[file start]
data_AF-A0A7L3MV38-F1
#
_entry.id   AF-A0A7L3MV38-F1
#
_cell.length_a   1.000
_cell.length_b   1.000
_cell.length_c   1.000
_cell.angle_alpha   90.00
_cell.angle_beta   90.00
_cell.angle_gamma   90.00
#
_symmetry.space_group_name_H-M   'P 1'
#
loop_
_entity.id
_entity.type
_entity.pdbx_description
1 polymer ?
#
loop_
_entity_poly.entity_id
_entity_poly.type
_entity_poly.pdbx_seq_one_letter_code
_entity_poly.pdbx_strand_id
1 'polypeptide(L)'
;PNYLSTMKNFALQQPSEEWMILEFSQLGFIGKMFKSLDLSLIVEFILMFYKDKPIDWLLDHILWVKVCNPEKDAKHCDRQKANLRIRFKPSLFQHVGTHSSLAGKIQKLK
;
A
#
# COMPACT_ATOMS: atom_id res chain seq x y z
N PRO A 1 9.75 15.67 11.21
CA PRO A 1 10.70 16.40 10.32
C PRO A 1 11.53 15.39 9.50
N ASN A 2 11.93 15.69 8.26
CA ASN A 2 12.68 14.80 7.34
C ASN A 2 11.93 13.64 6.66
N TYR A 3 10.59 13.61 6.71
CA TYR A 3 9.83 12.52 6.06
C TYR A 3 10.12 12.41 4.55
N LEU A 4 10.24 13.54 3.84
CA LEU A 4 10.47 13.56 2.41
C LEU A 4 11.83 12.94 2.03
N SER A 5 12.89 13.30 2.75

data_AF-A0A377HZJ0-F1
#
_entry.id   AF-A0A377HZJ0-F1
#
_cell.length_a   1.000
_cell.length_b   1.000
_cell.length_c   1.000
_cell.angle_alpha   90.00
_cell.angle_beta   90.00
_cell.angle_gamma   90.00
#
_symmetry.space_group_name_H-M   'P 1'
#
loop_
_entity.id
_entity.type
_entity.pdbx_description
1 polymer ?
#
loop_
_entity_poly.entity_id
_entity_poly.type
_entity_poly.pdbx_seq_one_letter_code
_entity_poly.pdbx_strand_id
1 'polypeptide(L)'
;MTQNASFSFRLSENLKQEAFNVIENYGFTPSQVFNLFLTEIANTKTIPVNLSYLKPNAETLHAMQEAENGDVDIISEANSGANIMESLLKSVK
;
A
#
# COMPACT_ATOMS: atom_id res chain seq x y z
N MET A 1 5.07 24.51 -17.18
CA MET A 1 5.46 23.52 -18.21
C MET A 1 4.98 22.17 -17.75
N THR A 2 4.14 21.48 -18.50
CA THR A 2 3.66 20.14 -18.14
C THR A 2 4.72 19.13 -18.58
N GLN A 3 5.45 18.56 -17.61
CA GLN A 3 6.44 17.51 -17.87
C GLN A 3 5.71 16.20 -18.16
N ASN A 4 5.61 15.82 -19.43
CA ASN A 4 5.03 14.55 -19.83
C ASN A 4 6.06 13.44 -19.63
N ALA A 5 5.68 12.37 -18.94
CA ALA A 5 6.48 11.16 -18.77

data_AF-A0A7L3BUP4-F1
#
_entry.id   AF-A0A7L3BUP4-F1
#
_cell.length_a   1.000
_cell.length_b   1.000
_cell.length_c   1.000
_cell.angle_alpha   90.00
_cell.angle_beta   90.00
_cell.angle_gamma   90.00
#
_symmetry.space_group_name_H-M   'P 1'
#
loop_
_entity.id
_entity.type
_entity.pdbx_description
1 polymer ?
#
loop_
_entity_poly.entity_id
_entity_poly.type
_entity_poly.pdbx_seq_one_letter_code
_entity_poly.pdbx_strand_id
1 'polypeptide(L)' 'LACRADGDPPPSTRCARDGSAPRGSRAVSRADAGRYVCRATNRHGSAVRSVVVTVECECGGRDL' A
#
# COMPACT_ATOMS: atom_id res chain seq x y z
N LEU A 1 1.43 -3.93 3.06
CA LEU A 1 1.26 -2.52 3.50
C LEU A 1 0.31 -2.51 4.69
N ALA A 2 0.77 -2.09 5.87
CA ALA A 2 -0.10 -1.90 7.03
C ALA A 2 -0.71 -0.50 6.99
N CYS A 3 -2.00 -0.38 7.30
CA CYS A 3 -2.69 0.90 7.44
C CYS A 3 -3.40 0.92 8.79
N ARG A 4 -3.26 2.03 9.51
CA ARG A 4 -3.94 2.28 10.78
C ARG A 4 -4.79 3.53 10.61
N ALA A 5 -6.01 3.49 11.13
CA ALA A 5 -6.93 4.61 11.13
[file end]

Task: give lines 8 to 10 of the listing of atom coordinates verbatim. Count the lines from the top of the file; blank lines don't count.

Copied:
_cell.angle_alpha   90.00
_cell.angle_beta   90.00
_cell.angle_gamma   90.00